The Magistrate

The village of Fátima belongs to the County of Ourém. At the time of the apparitions, the Administrator of the county, or Chief Magistrate, was Artur Oliveira Santos, a man of great political power. All administrative, political, and sometimes even judicial power was centered in his hands. Though he was a man of meager education, a tinsmith by trade, he had been in politics since his youth. A baptized Catholic, he had abandoned the Church at the age of twenty to join the Masonic Lodge of Leiria. Later, he founded a Masonic lodge at Ourém, and he was the head of this lodge.

What added to his power was the fact that he published a local newspaper by which he worked to undermine the faith of the people in the Church and the priests.

When he heard about the apparitions of Fátima, he realized the effects that these apparitions might have among the people. He realized, too, that if he allowed the Church to rise to new life in his county, he would be laughed to scorn by his friends and Masonic brethren. He counted on his immense power and the cringing spirit of the people to destroy this new religious fad in the beginning.

Although the citizens of the county did cringe in fear before this all-powerful magistrate, there was one man who had no fear when the good of his children and the good of the Church was threatened. In the interests of truth and justice, he would stand up boldly before anyone. This brave man was Jacinta and Francisco’s father.

"My brother-in-law and I had both been summoned to appear at the County House with Lúcia, at twelve noon, August 11th," Ti Marto reported. "Compadre Antonio and his daughter, Lúcia, arrived at my house early in the morning before I had finished my breakfast. Lúcia’s first question was ‘Aren’t Jacinta and Francisco going too?’ "

"Why should such little children go there?" Ti Marto replied, "No, I will answer for them."

Lúcia ran to Jacinta’s room to inform her cousin of the summons they had received. Lúcia feared she would be killed.

"If they kill you, tell them that Francisco and I are like you and that we want to die too!" Jacinta cried.

Lúcia and her father did not wait on Ti Marto, but went on ahead of him. Senhor Santos did not want to take a chance on being late and arousing the anger of the Magistrate. Lúcia rode the donkey, and as she rode along she thought how different her father was from Ti Marto and her other uncles.

"They put themselves in danger to defend their children, but my parents turn me over with the greatest indifference so that the officials can do with me whatever they wish. But patience!" Lúcia comforted herself, "I expect to have to suffer more for Thy love, O my God, and it is for the conversion of sinners."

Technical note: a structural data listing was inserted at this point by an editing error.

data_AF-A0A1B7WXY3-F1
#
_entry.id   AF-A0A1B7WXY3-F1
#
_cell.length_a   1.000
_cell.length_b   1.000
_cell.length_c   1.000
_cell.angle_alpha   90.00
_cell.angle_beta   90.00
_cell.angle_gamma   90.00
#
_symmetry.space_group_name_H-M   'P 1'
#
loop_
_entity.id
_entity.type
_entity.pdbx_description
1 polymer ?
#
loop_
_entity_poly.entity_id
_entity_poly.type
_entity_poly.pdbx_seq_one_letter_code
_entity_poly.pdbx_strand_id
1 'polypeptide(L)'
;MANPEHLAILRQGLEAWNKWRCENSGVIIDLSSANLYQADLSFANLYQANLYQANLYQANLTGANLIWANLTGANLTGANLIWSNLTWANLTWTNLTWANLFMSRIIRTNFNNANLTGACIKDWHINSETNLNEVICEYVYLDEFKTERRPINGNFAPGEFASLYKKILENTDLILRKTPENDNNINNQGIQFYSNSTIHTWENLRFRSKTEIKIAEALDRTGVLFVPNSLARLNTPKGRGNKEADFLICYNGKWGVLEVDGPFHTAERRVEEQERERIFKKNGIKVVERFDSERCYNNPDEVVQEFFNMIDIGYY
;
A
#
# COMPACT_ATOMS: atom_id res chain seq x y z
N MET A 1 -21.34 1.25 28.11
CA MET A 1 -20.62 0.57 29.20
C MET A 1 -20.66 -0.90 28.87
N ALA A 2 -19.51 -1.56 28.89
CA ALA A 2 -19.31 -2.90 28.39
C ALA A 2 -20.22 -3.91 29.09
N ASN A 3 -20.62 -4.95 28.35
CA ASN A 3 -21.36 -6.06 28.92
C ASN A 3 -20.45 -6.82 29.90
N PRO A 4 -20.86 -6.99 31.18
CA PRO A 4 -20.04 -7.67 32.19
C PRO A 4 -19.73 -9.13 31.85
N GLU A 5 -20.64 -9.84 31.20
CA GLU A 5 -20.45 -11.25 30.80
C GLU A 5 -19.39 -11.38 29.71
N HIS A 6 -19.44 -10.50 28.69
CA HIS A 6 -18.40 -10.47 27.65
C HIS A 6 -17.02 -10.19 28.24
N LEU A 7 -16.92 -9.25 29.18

Ti Marto walked to the County House alone. When he reached the square in front of the house, he saw Lúcia and her father waiting there.

"Has everything been settled already?" he asked, thinking they had finished their meeting with the Magistrate.

"No, the office was closed and no one was there."

It was some time before they discovered that they had come to the wrong building. Finally they came before the Magistrate.

"Where is the boy?" He shouted right away at Ti Marto.

"What boy?" Ti Marto said. He continues to tell us what went on: "He did not know that there were three children involved, and as he had sent for only one, I pretended that I did not know what he meant. ‘It’s six miles from here to our village,’ I told him, ‘and the children can’t walk that distance. They can’t even stay on a donkey.’ (Lúcia had fallen from the donkey three times in the journey.)

"I had a mind to tell him some more things; imagine, the children so small wanted in court!

"He flared up and gave me a piece of his mind. What did I care! Then he began to question Lúcia, trying to pry the secret out of her. But she didn’t say a word. Then he turned to her father, ‘Do the people of Fátima believe in these things?’

" ‘Not at all. All that is just women’s talk.’

"Then the Magistrate turned towards me to see what I would say.

" ‘I am here at your orders and I agree with my children!’

" ‘You believe it is true?’ he sneered at me.

" ‘Yes, sir, I believe what they say.’

"He laughed at me, but I didn’t mind. The Magistrate then dismissed Lúcia, at the same time warning her that if he did not learn her secret, he would take her life."

The interview ended and they left for home. Ti Marto thought he was through with the Magistrate. It wasn’t as easy as that. The Magistrate had only just begun to carry out of his plans. It was almost time for the next apparition and this all-powerful official determined to prevent it - at any cost.

"Monday morning, the 13th of August," Ti Marto recalled, "I had just begun hoeing my land when I was called home. As I entered the house I saw a group of strangers standing there, but that no longer surprised me. What did surprise me was to find my wife in the kitchen looking so worried. She didn’t say a word, only motioned me to go to the front room. ‘Why the hurry?’ I said, good and loud. But she kept waving me away. Still drying my hands, I went into the room, and who was there but the Magistrate!

" ‘So you are here!’ I said.

" ‘Yes of course, I want to see the miracle, too.’

"My heart warned me that something was wrong.

" ‘Well let’s go,’ he said, ‘I’ll take the children with me in my carriage. As Thomas said, ‘seeing is believing!’ ’

"He was uneasy and glanced about nervously.

" ‘Haven’t the children come home yet? Time is passing. You had better call them!’

" ‘They don’t have to be called. They know when they are supposed to bring back the sheep and get ready.’

"The children arrived almost at once and the Magistrate began urging to them to go in his carriage. The children kept insisting it was not necessary.

" ‘It’s much better,’ he repeated, ‘for we’ll get there faster and no one will bother us on the way.’

" ‘You all go to Fátima ,’ he proposed, ‘and stop at the rectory because I want to ask the children a few questions.’